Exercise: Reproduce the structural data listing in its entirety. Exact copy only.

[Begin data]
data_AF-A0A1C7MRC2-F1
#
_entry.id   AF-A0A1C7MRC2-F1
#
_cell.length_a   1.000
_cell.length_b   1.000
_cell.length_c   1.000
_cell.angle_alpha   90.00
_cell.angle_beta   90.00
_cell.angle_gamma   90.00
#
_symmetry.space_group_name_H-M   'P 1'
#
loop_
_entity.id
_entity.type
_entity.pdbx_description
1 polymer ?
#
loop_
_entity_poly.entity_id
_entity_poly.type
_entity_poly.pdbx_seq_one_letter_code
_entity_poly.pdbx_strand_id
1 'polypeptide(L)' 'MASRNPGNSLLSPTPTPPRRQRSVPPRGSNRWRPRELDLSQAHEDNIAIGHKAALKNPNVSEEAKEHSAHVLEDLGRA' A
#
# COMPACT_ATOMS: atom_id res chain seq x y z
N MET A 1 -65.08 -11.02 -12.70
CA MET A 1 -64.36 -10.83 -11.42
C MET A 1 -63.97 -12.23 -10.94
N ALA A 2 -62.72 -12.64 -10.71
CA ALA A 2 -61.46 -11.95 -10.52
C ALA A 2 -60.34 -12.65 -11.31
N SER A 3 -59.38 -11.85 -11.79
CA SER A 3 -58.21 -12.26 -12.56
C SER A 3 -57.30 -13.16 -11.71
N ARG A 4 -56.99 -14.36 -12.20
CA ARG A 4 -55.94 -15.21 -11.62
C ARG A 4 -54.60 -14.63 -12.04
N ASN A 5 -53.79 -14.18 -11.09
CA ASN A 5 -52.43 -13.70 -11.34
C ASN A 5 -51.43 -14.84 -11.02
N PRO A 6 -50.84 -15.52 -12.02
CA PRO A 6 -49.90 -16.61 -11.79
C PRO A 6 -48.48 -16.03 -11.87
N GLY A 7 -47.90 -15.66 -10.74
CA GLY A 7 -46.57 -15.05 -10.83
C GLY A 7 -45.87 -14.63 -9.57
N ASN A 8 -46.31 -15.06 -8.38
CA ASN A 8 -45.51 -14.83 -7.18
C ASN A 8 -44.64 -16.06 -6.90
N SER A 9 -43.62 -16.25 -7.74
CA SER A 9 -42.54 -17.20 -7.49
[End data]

data_AF-A0A1C7MRC2-F1
#
_entry.id   AF-A0A1C7MRC2-F1
#
_cell.length_a   1.000
_cell.length_b   1.000
_cell.length_c   1.000
_cell.angle_alpha   90.00
_cell.angle_beta   90.00
_cell.angle_gamma   90.00
#
_symmetry.space_group_name_H-M   'P 1'
#
loop_
_entity.id
_entity.type
_entity.pdbx_description
1 polymer ?
#
loop_
_entity_poly.entity_id
_entity_poly.type
_entity_poly.pdbx_seq_one_letter_code
_entity_poly.pdbx_strand_id
1 'polypeptide(L)' 'MASRNPGNSLLSPTPTPPRRQRSVPPRGSNRWRPRELDLSQAHEDNIAIGHKAALKNPNVSEEAKEHSAHVLEDLGRA' A
#
# COMPACT_ATOMS: atom_id res chain seq x y z
N MET A 1 -65.08 -11.02 -12.70
CA MET A 1 -64.36 -10.83 -11.42
C MET A 1 -63.97 -12.23 -10.94
N ALA A 2 -62.72 -12.64 -10.71
CA ALA A 2 -61.46 -11.95 -10.52
C ALA A 2 -60.34 -12.65 -11.31
N SER A 3 -59.38 -11.85 -11.79
CA SER A 3 -58.21 -12.26 -12.56
C SER A 3 -57.30 -13.16 -11.71
N ARG A 4 -56.99 -14.36 -12.20
CA ARG A 4 -55.94 -15.21 -11.62
C ARG A 4 -54.60 -14.63 -12.04
N ASN A 5 -53.79 -14.18 -11.09
CA ASN A 5 -52.43 -13.70 -11.34
C ASN A 5 -51.43 -14.84 -11.02
N PRO A 6 -50.84 -15.52 -12.02
CA PRO A 6 -49.90 -16.61 -11.79
C PRO A 6 -48.48 -16.03 -11.87
N GLY A 7 -47.90 -15.66 -10.74
CA GLY A 7 -46.57 -15.05 -10.83
C GLY A 7 -45.87 -14.63 -9.57
N ASN A 8 -46.31 -15.06 -8.38
CA ASN A 8 -45.51 -14.83 -7.18
C ASN A 8 -44.64 -16.06 -6.90
N SER A 9 -43.62 -16.25 -7.74
CA SER A 9 -42.54 -17.20 -7.49